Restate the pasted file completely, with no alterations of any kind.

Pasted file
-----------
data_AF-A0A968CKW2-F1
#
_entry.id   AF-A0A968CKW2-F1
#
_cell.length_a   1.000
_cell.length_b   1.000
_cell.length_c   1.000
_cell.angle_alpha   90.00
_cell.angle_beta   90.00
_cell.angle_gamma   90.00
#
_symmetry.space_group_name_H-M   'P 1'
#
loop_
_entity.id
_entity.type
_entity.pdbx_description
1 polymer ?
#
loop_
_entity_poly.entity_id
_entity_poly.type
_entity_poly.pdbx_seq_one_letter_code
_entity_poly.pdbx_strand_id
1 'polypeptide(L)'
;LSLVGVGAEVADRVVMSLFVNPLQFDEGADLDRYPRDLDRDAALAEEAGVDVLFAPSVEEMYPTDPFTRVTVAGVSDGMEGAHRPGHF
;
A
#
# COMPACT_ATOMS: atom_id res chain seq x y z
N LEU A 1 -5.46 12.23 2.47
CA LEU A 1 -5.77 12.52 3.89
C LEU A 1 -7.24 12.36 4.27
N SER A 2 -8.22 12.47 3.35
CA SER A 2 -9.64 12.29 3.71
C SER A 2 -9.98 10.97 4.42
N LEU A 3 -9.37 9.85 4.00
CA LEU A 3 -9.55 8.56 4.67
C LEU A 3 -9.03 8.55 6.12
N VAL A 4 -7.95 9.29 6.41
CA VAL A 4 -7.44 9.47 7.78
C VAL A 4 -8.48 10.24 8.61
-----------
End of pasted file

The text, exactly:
data_AF-A0A968CKW2-F1
#
_entry.id   AF-A0A968CKW2-F1
#
_cell.length_a   1.000
_cell.length_b   1.000
_cell.length_c   1.000
_cell.angle_alpha   90.00
_cell.angle_beta   90.00
_cell.angle_gamma   90.00
#
_symmetry.space_group_name_H-M   'P 1'
#
loop_
_entity.id
_entity.type
_entity.pdbx_description
1 polymer ?
#
loop_
_entity_poly.entity_id
_entity_poly.type
_entity_poly.pdbx_seq_one_letter_code
_entity_poly.pdbx_strand_id
1 'polypeptide(L)'
;LSLVGVGAEVADRVVMSLFVNPLQFDEGADLDRYPRDLDRDAALAEEAGVDVLFAPSVEEMYPTDPFTRVTVAGVSDGMEGAHRPGHF
;
A
#
# COMPACT_ATOMS: atom_id res chain seq x y z
N LEU A 1 -5.46 12.23 2.47
CA LEU A 1 -5.77 12.52 3.89
C LEU A 1 -7.24 12.36 4.27
N SER A 2 -8.22 12.47 3.35
CA SER A 2 -9.64 12.29 3.71
C SER A 2 -9.98 10.97 4.42
N LEU A 3 -9.37 9.85 4.00
CA LEU A 3 -9.55 8.56 4.67
C LEU A 3 -9.03 8.55 6.12
N VAL A 4 -7.95 9.29 6.41
CA VAL A 4 -7.44 9.47 7.78
C VAL A 4 -8.48 10.24 8.61